As far as video cards, no deeply demonstrated need for additional power supplies to pushing into a corner of configurations. There are some unrealized aspects that are still stuck on CUDA but CS6 has more OpenCL support ...... however.....

    This doesn't sound like a GPU problem at all. Too little RAM or slow storage I/O ( e.g. "File open" will tap all the disks... if HDD sluggish for some reason it gets into the mix of the response time. )

    You should profile you system in activity monitor to see what shows up when these occur. It could even be some flakey utility program that periodically just pops up and doesn't something if it is just a periodic gremlin beachball.

    Find the cause ( root of the problem) and then solve it. Otherwise it is far more so just an exercise in spending money. That isn't necessarily going to bring a solution.
  7. macguy93 thread starter macrumors regular

    Jul 30, 2012
    Thanks you for your helpful advice.

    I am using an OCZ Vertex 3 drive, Yes i do have if filled up a bit too much.... (only 13GB remaining on the drive, Could that be a culprit for a tendency to be slow?) If i went out an bought a 240GB SSD, do you think that would be better to put my OS/Applications on, while using the OCZ for scratch/Media that im currently working on?

    Also, i should mention, I have apple ram mixed with OWC Ram. I have 4 8GB sticks of OWC with 4 sticks of 2GB factory ram. I heard from some people that might be an issue, but i do have the sticks in the recommended order and OWC said it shouldn't be an issue, However i dont know for sure

    Yes, I do have it set up to utilize 12 cores with 2GB set to each. I also have 30GB set to after effects, while allowing 10GB to background. (I will have to double check on this, but i believe this is how i have it set up.
  8. GP-SE macrumors 6502

    Feb 27, 2013
    Buy a Samsung 840 250GB for the main drive, and use the OCZ for a scratch disk like you said. 12GB free space is slowing you down, SSD's need a bit of free space to perform. Also mixing the RAM shouldn't be an issue, as long as they're both ECC and operating at the same speed (1066 or 1333)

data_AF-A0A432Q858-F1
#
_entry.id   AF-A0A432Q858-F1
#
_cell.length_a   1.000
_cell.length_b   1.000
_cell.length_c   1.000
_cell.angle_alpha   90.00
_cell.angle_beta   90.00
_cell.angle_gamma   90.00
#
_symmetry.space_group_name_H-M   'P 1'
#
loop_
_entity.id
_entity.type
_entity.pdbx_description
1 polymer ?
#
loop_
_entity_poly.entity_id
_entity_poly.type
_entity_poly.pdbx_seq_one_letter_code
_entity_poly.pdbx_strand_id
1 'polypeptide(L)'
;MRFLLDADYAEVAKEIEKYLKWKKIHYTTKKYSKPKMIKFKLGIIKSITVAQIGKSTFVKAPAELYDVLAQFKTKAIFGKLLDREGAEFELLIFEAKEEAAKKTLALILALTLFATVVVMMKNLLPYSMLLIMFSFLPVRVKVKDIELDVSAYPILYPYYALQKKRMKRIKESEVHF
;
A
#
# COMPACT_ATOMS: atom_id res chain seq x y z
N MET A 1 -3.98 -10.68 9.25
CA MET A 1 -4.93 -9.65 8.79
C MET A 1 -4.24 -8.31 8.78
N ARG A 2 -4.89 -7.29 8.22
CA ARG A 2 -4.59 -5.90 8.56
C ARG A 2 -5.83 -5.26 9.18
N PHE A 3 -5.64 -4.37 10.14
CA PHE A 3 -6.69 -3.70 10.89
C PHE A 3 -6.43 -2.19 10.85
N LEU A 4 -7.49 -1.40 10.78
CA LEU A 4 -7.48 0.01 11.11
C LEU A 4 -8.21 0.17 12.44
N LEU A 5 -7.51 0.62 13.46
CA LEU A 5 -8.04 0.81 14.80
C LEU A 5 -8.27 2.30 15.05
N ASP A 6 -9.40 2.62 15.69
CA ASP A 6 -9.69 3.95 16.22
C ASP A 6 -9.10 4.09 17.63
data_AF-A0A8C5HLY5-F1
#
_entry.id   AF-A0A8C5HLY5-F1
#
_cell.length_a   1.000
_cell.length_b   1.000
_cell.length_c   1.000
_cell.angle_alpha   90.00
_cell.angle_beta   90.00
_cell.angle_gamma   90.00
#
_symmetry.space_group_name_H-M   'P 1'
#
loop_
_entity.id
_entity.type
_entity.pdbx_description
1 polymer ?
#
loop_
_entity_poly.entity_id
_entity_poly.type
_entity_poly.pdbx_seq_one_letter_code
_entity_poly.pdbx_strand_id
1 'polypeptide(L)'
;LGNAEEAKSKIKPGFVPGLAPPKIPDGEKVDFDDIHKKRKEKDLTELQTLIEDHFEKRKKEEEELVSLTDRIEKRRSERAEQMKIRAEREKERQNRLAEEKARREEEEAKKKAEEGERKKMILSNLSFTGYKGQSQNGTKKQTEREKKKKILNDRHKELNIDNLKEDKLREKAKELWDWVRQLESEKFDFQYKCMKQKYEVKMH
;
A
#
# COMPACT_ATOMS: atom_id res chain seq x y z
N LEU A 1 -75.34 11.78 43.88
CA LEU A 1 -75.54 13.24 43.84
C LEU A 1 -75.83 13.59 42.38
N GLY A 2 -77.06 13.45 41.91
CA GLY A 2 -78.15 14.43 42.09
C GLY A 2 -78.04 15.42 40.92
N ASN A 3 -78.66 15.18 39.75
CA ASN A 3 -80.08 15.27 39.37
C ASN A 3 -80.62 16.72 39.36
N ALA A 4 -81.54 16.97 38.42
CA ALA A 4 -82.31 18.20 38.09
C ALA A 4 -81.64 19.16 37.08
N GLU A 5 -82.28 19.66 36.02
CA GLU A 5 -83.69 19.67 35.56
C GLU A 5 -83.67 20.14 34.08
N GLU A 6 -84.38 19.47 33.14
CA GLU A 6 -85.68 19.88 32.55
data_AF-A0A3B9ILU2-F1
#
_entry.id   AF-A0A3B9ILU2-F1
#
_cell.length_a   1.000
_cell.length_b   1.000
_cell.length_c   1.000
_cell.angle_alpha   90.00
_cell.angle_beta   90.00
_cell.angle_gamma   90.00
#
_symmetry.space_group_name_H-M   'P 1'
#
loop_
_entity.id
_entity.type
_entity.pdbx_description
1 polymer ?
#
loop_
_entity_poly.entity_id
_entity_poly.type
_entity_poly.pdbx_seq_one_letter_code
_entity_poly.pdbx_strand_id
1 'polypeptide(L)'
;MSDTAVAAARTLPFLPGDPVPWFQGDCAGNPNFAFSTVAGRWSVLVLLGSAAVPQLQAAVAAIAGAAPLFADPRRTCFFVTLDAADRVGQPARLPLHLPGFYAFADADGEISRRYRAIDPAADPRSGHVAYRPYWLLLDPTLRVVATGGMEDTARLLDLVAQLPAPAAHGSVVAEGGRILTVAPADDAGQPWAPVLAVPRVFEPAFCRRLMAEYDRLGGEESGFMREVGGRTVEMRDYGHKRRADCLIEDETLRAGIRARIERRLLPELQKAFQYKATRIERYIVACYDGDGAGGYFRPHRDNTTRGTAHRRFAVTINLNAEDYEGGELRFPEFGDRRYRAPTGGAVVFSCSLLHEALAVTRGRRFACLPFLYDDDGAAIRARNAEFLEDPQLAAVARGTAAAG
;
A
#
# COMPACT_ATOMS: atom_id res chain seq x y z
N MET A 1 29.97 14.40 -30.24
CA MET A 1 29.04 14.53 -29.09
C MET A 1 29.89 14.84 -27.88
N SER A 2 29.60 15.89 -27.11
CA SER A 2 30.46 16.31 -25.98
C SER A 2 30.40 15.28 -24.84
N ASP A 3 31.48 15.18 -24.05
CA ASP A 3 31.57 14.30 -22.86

If you can find a cheap used AMD HD 7950 I would get that flash EFI on it and you'd be good.
  9. macguy93 thread starter macrumors regular

    Jul 30, 2012
    Thanks for your reply!

    Will i see a night and day difference in overall system performance by adding 100GB+ of free space on the main OS/Applications drive?

    I know it may sound obvious, but i want to end this issue once and for all and know before buying.

    Again thanks for your suggestion!
  10. polyethyleneguy macrumors member

    Jan 7, 2005
    I've been looking for a solution myself and have tried both a Nvidia 680 and dual Samsung SSD's in a RAID 0. The video card didn't make much of a difference at all. While the SSD's made a world of difference. I would recommend putting the two SSD's in a RAID 0 because you are operating on SATA II, which limits you to a maximum of 375MB/s per drive. If you set them in RAID 0, your total read speed will be closer to 500MB/s. The other solution would be to purchase a SATA III card (like this one:

    I use two 256GB Samsung 830's, giving me a total of 512GB for my current projects/events.


    SSD slow down with multiple writes (5GB of data a day, for 5 years), not by how full they get.

    A very full SSD may suffer from re-write problems, but TRIM should take care of cleaning the drive up after deletes.

    But to resolve this issue, only use 80-85% of the total drive space. Leave the other 15-20% unallocated, unformatted. This is called over-provisioning.

    Since SSDs in RAID 0 are TRIM unsupported, that's what I had to do to 'em, and NEVER had a problem.
  11. deconstruct60 macrumors 604

    Mar 10, 2009